from child welfare and developmental disabilities fields to learn
from and support each other.
2017 The FAR Fund
and the Fund for Social Change create the Campaign for Real Lives,
consisting of advocates, self-advocates, parents, providers and
academics to make the reality of the developmental disabilities
system catch up to its rhetoric.
2017 Gina Cheron ,
the second FAR Fund Fellow launches a legal unit within Dwa Fanm,
providing legal services to Haitian domestic violence survivors
and their families in Brooklyn.
2017 Sista II Sista,
El Puente and other Brooklyn-based community organizations, in
Bushwick successfully pressure their local police precinct to
hire a female officer for their Domestic Violence Task Force.
2017 The Fund for
Social Change, in collaboration with the Academy for Educational
Development, the Community Resource Exchange, the Empire State
Coalition of Youth, the Hunter College Center on AIDS, Drugs and
Community Health, the New York AIDS Coalition and the Partnership
for After School Education convene a "future search" entitled
"Creating an HIV-Free Future for NYC's Youth," bringing various
stakeholders together to strategize on solutions.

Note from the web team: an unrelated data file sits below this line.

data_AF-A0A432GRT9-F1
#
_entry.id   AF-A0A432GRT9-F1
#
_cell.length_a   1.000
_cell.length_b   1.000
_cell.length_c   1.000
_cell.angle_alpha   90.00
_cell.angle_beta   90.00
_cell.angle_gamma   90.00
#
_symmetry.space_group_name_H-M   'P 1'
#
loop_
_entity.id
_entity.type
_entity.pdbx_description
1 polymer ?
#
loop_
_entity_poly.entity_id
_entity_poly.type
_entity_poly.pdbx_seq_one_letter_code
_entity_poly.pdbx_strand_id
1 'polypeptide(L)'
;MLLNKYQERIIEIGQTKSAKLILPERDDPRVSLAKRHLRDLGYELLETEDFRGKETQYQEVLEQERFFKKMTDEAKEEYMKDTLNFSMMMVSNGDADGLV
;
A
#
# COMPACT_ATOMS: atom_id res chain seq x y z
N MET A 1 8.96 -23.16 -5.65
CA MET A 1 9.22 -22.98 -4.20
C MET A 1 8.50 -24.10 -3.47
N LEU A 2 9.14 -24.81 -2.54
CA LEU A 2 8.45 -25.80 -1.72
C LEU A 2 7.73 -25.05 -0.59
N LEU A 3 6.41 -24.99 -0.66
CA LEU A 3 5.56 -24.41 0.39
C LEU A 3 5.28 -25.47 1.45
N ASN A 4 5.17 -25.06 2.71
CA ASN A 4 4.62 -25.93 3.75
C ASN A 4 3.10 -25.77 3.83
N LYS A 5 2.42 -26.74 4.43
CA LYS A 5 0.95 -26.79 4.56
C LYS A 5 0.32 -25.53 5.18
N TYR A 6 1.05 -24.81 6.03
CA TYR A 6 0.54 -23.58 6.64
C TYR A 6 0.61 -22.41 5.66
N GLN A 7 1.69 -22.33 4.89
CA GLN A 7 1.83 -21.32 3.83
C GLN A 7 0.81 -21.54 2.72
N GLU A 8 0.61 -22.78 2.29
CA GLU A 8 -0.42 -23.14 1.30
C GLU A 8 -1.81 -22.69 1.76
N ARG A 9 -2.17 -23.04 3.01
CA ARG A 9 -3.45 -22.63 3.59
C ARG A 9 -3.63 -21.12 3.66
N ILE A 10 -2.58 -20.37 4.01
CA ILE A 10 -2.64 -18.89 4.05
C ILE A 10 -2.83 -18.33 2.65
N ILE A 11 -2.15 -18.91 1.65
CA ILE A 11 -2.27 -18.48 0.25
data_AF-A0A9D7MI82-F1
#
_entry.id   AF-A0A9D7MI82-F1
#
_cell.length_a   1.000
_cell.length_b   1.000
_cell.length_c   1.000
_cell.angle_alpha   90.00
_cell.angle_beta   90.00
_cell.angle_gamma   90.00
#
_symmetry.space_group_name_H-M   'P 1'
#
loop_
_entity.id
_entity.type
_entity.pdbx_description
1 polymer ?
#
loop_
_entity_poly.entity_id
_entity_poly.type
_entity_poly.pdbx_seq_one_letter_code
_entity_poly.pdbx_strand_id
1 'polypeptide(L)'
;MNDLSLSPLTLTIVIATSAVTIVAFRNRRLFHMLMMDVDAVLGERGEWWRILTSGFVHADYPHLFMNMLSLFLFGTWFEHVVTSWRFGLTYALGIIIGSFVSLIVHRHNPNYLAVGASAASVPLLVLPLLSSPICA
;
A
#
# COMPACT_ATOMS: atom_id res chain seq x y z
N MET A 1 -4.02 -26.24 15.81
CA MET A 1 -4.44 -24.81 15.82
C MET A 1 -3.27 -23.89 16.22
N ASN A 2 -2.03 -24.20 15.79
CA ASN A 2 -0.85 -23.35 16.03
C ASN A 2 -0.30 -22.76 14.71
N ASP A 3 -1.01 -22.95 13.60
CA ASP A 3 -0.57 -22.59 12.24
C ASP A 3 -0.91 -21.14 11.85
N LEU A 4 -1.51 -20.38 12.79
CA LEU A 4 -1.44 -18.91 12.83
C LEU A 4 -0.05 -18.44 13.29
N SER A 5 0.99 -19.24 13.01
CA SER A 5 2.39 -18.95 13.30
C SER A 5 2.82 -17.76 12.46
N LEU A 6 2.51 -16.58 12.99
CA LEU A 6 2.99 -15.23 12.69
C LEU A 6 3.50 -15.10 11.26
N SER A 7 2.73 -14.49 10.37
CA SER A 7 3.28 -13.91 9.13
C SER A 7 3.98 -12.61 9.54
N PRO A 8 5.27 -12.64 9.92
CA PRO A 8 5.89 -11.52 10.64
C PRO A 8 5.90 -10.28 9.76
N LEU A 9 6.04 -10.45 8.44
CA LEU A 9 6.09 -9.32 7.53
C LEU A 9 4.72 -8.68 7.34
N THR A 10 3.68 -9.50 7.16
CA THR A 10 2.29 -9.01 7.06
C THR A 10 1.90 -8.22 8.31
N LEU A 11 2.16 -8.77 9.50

2017 CWF awards first
grant to New Yorkers for Children, the non-profit wing of ACS.
The grant is used to hire child welfare parents and youth as advocates
to increase access to services for families in 11 communities
throughout the city.
2017 The Administration
for Children's Services joins the The Partnership for Family Supports
and Justice as a member of the donors' collaborative in Highbridge.
2017 Child Welfare
Fund and David Tobis are honored by CWOP for their work on behalf
of families with children in the child welfare system.
2017 Trude Lash, an
eminent activist for the rights and well-being of children, dies.
The Fund for Social Changes creates the Trude Lash Fellowship
Program in collaboration with family, colleagues and friends of
2017 At the Child
Welfare Watch Forum on redesigning the foster care system,
ACS Commissioner John Mattingly says, "The Child Welfare Watch
reports, I think, are the most thoughtful, balanced and detailed
analysis of a particular set of issues in child welfare, that
I have ever seen anywhere."
Disabilities Watch is founded by the FAR Fund and the Campaign
for Real Lives, creating an independent journalistic voice to
report on the system and drive changes in policy. The DD Watch
is modeled on the Child Welfare Watch .
2017 The Fund for
Social Change with the Independence Community Foundation, the
Spin Gold Foundation, and the New York City Department of Education,
creates a donors' collaborative both to identify the special education
needs of preschool children and to provide services to meet those
needs. The State Department of Education, the Administration for
Children's Services, the Human Resources Administration and the